FILM NOIR, THE CRIME MOVIE STYLE OF shadowy streets, tough guys and two-timing dames, has never been hotter—as the continuing video release of ever-more-obscure titles from noir’s classic period in the 40s and 50s proves. If you already know the classics (The Maltese Falcon, Double Indemnity, Out of the Past, Night of the Hunter, Touch of Evil, etc.), check out these lesser-known examples of high noir style:

Phantom Lady—If this 1944 find-the-real-killer- before-a-man- gets-the-chair mystery, from a story by Cornell (Rear Window) Woolrich, had stars you’d ever heard of, it’d be a famous classic. Director Robert Siodmak gives it incredible atmosphere—dig that midnight jam session!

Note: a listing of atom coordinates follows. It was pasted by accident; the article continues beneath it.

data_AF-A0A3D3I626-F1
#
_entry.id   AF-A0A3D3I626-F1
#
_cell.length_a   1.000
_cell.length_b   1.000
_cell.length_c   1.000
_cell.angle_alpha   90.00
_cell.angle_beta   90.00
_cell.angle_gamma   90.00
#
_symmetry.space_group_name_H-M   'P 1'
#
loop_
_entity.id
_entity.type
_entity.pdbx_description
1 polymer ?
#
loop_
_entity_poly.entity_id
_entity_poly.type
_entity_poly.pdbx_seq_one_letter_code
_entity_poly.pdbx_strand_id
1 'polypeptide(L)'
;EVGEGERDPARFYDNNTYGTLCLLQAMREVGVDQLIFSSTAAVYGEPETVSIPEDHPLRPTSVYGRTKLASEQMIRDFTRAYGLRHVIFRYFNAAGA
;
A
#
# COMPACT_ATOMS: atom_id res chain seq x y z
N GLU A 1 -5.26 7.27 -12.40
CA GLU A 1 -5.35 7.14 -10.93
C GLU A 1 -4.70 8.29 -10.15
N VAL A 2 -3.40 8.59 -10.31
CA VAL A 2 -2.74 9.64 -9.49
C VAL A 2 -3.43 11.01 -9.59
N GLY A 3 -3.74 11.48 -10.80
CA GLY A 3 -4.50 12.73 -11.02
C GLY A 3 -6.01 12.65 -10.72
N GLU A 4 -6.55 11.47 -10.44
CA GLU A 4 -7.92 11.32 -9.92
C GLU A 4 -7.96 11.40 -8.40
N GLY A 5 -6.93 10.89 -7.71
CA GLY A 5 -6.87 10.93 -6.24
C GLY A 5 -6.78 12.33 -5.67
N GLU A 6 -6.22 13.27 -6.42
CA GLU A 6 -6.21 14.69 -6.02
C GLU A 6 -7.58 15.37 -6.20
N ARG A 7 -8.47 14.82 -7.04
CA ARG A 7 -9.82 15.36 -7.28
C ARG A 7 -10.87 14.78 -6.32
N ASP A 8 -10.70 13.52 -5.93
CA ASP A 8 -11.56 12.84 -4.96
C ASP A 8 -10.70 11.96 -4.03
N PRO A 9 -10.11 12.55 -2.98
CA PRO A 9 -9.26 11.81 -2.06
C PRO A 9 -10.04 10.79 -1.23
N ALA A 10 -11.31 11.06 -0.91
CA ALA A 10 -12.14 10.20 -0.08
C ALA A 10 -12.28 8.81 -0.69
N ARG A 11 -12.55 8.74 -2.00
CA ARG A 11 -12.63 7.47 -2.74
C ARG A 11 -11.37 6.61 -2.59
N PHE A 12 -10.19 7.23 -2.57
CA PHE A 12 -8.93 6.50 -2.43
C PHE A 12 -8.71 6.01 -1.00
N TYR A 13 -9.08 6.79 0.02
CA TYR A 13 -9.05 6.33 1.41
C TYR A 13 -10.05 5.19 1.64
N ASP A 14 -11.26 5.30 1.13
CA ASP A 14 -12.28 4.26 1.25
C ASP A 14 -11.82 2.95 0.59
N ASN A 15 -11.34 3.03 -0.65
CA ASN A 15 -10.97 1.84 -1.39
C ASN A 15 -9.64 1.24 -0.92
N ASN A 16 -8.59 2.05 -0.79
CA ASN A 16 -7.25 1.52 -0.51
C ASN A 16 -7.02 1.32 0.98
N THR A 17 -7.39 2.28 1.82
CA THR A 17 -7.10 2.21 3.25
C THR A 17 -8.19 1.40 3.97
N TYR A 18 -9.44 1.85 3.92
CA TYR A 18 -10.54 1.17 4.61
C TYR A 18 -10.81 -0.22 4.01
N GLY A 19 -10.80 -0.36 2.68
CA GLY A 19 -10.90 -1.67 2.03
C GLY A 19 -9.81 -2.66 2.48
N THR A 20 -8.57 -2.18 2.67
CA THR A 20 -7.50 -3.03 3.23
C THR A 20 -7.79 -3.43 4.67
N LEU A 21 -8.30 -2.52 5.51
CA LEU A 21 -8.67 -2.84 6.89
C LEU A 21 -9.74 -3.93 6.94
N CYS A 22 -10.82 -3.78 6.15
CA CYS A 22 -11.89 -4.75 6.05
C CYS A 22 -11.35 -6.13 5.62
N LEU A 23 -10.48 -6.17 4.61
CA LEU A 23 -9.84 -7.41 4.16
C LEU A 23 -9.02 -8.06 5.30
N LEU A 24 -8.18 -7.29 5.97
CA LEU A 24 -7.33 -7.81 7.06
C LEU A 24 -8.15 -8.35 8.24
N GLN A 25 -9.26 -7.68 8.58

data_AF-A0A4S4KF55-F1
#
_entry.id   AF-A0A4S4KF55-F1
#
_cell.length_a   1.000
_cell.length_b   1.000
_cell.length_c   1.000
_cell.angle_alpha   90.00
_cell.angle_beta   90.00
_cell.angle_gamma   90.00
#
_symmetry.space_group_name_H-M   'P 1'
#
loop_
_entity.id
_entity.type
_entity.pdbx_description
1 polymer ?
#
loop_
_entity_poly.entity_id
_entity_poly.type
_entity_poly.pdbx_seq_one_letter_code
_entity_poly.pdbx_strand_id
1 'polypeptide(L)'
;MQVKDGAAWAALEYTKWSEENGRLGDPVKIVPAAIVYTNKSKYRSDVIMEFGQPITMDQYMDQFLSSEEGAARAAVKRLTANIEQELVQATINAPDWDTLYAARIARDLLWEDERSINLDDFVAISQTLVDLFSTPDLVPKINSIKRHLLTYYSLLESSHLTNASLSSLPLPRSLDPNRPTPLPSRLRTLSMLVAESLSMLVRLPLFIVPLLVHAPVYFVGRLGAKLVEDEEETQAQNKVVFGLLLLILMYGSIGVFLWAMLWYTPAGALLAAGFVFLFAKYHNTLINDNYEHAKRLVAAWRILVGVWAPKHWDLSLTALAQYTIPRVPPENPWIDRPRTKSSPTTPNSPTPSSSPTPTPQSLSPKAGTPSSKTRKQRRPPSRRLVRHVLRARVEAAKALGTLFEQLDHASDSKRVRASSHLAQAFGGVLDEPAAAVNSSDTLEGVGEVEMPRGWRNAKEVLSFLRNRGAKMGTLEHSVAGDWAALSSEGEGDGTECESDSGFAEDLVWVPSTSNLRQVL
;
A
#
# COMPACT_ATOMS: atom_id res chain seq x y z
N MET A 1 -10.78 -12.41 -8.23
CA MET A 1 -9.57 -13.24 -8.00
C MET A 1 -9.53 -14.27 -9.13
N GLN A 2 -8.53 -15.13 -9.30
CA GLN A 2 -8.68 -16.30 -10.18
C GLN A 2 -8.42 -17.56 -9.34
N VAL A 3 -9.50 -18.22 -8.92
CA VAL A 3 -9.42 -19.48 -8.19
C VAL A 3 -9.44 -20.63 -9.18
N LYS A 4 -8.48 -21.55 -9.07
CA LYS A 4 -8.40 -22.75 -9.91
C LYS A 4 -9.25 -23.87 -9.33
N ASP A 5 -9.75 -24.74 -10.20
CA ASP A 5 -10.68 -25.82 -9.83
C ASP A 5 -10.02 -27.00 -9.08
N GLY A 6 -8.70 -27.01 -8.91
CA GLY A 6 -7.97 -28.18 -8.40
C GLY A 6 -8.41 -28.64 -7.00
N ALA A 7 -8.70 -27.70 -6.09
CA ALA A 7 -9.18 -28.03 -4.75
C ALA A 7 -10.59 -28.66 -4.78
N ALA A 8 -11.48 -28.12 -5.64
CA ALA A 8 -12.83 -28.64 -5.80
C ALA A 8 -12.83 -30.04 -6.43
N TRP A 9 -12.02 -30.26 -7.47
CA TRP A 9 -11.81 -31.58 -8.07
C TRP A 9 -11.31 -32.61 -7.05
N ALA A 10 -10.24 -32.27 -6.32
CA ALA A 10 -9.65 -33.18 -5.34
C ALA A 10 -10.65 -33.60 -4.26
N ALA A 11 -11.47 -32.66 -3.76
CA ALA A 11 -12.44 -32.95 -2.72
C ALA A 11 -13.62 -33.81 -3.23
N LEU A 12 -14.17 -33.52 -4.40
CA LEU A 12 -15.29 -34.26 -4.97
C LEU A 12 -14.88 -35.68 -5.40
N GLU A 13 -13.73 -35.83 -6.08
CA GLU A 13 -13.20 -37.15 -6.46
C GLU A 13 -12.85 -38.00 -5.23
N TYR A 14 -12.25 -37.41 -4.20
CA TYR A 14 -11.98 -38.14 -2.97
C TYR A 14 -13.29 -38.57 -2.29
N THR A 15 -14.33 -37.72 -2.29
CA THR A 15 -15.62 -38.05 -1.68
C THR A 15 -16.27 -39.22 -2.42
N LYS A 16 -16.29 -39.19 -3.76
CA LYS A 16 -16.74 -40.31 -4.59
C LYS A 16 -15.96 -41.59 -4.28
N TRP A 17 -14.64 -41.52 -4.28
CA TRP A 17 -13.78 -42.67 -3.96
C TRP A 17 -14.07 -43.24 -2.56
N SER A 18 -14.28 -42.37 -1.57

T-Men—Cops go undercover to bust up a gang. A triumph of style over a tight B-movie budget, it propelled director Anthony Mann to “A” pictures like El Cid—and it boasts a real surprise halfway through that a more expensive movie wouldn’t have dared.

Branded To Kill—Okay, this one’s a real ringer; it comes from 1967— and from Japan. Brutal, often absurdly funny tale of competition between Tokyo’s (apparently officially ranked!) top two hitmen.

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